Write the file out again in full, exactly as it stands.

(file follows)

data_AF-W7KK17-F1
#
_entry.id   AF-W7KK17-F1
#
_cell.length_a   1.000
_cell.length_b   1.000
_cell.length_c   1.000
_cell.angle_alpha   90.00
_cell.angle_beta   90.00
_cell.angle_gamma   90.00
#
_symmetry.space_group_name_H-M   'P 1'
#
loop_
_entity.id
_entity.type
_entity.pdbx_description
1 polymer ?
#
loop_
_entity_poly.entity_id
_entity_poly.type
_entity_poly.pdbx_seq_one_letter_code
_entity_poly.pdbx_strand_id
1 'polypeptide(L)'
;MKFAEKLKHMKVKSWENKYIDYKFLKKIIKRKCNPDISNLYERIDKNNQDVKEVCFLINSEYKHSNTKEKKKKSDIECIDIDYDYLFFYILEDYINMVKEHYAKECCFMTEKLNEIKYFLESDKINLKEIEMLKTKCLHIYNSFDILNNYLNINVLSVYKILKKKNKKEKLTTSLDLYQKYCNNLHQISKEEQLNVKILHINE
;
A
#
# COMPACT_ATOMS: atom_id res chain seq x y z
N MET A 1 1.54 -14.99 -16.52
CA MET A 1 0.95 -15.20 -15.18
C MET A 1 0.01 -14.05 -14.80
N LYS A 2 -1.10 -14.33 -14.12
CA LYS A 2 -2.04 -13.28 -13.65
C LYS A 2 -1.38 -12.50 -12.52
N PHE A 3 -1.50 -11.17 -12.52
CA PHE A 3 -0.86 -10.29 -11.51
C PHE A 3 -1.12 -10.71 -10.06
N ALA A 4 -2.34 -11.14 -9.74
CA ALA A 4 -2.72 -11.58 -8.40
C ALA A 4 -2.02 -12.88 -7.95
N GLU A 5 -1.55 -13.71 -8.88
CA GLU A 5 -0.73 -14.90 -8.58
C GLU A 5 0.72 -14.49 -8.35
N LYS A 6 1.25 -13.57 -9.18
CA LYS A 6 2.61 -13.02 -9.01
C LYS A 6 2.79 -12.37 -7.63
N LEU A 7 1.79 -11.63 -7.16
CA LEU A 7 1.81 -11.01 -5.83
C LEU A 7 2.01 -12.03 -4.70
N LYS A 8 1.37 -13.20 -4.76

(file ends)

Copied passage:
data_AF-W7KK17-F1
#
_entry.id   AF-W7KK17-F1
#
_cell.length_a   1.000
_cell.length_b   1.000
_cell.length_c   1.000
_cell.angle_alpha   90.00
_cell.angle_beta   90.00
_cell.angle_gamma   90.00
#
_symmetry.space_group_name_H-M   'P 1'
#
loop_
_entity.id
_entity.type
_entity.pdbx_description
1 polymer ?
#
loop_
_entity_poly.entity_id
_entity_poly.type
_entity_poly.pdbx_seq_one_letter_code
_entity_poly.pdbx_strand_id
1 'polypeptide(L)'
;MKFAEKLKHMKVKSWENKYIDYKFLKKIIKRKCNPDISNLYERIDKNNQDVKEVCFLINSEYKHSNTKEKKKKSDIECIDIDYDYLFFYILEDYINMVKEHYAKECCFMTEKLNEIKYFLESDKINLKEIEMLKTKCLHIYNSFDILNNYLNINVLSVYKILKKKNKKEKLTTSLDLYQKYCNNLHQISKEEQLNVKILHINE
;
A
#
# COMPACT_ATOMS: atom_id res chain seq x y z
N MET A 1 1.54 -14.99 -16.52
CA MET A 1 0.95 -15.20 -15.18
C MET A 1 0.01 -14.05 -14.80
N LYS A 2 -1.10 -14.33 -14.12
CA LYS A 2 -2.04 -13.28 -13.65
C LYS A 2 -1.38 -12.50 -12.52
N PHE A 3 -1.50 -11.17 -12.52
CA PHE A 3 -0.86 -10.29 -11.51
C PHE A 3 -1.12 -10.71 -10.06
N ALA A 4 -2.34 -11.14 -9.74
CA ALA A 4 -2.72 -11.58 -8.40
C ALA A 4 -2.02 -12.88 -7.95
N GLU A 5 -1.55 -13.71 -8.88
CA GLU A 5 -0.73 -14.90 -8.58
C GLU A 5 0.72 -14.49 -8.35
N LYS A 6 1.25 -13.57 -9.18
CA LYS A 6 2.61 -13.02 -9.01
C LYS A 6 2.79 -12.37 -7.63
N LEU A 7 1.79 -11.63 -7.16
CA LEU A 7 1.81 -11.01 -5.83
C LEU A 7 2.01 -12.03 -4.70
N LYS A 8 1.37 -13.20 -4.76